Nylon tulle melts instantly above a certain temperature. And since you’ve no way of testing for that temperature on your one and only veil, you just can’t risk it. As veil makers, we do use an iron here at the studio, but we have rigorously tested for the maximum temperature our tulle can stand. And as your veil is steamed and crease-free directly before it goes in its box, a simple steam should be all you need anyway.
There are a few different wedding veil styles. Some examples of these are shown below.
- Two tier (blusher)
- One tier
- Angel Cut
- Barely there
- Juliet cap
- Skull cap
The most popular weding veil styles by far would be the simple one or two layer veil. This is your classic, traditional veil. All of the other options are designed to create slightly different shapes and looks and are a more alternative option.
These days it’s much more common for them to be separate pieces. That way, if you want to remove your veil later on for the reception so you can boogie on down, you still have a pretty hair accessory in place.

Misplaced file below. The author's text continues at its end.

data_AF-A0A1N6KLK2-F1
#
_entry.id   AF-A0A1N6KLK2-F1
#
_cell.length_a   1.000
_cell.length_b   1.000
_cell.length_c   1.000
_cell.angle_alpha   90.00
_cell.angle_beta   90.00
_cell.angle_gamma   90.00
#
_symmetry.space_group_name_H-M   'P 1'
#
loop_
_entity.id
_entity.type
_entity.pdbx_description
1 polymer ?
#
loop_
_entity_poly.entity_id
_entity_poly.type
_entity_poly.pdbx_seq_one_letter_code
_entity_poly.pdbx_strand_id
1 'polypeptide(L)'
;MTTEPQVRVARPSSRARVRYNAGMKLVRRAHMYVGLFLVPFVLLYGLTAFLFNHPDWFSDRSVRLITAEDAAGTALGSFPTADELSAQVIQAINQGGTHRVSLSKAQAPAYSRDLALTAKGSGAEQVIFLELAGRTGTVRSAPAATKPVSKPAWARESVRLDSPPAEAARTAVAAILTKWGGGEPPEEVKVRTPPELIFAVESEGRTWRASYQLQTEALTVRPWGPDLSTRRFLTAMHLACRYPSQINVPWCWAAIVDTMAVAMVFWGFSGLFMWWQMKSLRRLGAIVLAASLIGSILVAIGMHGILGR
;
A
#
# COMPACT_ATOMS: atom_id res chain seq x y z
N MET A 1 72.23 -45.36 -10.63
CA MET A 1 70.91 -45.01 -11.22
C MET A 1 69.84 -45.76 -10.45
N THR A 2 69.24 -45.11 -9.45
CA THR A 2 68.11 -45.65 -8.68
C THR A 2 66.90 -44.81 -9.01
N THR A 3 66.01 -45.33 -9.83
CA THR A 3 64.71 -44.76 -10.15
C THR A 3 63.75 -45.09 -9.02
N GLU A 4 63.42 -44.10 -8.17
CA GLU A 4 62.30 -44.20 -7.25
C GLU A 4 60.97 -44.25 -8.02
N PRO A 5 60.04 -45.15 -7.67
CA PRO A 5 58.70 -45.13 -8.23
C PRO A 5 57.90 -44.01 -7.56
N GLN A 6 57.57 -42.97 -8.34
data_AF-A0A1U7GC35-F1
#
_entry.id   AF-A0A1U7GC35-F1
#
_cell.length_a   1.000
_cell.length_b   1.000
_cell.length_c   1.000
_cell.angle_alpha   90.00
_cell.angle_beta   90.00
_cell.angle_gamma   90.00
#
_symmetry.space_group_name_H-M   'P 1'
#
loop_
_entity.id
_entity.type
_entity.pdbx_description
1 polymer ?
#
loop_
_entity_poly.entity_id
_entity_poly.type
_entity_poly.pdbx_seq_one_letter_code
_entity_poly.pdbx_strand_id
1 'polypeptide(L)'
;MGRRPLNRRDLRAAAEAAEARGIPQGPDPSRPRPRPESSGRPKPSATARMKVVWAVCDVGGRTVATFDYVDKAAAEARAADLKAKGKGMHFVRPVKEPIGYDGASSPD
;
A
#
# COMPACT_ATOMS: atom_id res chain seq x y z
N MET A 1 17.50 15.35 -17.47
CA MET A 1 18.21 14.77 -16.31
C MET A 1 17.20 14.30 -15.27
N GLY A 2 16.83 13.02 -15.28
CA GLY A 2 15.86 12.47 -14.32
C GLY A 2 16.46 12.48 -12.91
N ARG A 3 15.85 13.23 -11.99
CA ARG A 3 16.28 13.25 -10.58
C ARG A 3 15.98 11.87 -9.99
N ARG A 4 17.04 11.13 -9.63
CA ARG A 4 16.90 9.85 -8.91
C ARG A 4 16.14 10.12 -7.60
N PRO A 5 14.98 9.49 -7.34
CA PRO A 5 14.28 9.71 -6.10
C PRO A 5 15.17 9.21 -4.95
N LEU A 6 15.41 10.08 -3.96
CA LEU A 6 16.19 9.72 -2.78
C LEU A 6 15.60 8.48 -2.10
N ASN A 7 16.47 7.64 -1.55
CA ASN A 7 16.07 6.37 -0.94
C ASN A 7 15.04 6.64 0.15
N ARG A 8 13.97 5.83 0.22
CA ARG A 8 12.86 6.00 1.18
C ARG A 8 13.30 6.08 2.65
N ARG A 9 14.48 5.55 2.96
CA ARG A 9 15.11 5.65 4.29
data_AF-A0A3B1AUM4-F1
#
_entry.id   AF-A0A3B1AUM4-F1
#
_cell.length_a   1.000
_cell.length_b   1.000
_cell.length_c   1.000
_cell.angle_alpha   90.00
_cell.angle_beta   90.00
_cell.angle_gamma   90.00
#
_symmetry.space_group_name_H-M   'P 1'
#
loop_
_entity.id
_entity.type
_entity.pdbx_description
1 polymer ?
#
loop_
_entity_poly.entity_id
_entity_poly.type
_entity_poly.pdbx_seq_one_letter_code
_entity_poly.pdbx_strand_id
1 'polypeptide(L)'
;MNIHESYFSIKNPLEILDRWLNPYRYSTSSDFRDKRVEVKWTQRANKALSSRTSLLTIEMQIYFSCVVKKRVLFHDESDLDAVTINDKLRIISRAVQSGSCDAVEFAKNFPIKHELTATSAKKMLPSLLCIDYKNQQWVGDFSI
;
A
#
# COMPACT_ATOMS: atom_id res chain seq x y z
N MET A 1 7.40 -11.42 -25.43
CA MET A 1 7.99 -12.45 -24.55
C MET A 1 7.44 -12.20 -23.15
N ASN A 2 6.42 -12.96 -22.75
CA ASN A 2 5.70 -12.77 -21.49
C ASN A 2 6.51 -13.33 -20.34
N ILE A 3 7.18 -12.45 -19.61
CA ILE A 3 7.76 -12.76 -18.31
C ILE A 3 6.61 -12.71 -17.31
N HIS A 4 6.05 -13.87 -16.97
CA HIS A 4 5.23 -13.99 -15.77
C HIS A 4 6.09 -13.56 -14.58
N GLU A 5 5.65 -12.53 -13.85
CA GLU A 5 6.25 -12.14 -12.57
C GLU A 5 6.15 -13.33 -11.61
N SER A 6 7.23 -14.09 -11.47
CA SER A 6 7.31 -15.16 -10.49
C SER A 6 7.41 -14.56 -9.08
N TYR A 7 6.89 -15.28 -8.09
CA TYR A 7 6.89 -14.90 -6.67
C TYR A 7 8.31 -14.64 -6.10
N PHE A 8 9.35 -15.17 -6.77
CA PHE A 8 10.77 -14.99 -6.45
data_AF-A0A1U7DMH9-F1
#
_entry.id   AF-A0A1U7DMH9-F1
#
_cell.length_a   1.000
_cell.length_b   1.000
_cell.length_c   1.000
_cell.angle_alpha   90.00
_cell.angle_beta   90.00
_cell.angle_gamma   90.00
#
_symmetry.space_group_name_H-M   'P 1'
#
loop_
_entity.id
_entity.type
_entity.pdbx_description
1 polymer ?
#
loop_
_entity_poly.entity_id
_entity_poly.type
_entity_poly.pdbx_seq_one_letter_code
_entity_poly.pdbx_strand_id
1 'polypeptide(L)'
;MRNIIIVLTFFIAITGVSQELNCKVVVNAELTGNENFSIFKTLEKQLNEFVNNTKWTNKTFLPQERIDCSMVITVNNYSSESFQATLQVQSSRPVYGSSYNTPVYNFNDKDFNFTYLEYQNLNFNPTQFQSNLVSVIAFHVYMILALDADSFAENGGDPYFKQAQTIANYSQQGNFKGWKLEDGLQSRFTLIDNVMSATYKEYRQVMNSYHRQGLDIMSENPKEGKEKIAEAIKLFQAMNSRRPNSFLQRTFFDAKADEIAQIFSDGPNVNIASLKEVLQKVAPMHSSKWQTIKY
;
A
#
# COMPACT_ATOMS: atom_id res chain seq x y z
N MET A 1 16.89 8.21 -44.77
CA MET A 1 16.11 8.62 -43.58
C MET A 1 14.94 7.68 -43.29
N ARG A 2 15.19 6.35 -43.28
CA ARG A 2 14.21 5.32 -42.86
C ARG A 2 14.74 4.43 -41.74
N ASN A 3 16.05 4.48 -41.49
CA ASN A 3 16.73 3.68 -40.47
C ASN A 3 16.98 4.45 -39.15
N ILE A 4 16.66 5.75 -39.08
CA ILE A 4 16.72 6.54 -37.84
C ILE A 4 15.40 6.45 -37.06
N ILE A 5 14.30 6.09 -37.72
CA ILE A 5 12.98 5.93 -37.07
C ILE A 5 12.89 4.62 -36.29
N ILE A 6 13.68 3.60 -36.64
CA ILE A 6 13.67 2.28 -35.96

On occasion, we have been asked to attach a veil straight onto a headpiece or onto a plain headband for brides who wear wigs or have ultra-fine hair, etc. We’re more than happy to do this or any other kind of attachments as necessary. Just ask!
They sure do! That’s the standard attachment for veils. As we mentioned in an earlier question, we use high-quality metal combs that can be gripped into place so they are secure even if your hair is worn loose.
The only exceptions to this could be un-gathered drop or mantilla styles. We actually do still add a comb to ours if it’s possible to do so and still look okay. We can hide one under the lace on a mantilla, for example. But sometimes they do come without anything on at all and you’d be expected to secure it some other way such as with hat pins. I know most brides would find it easier to have a simple comb, so we use them unless we’re asked not to.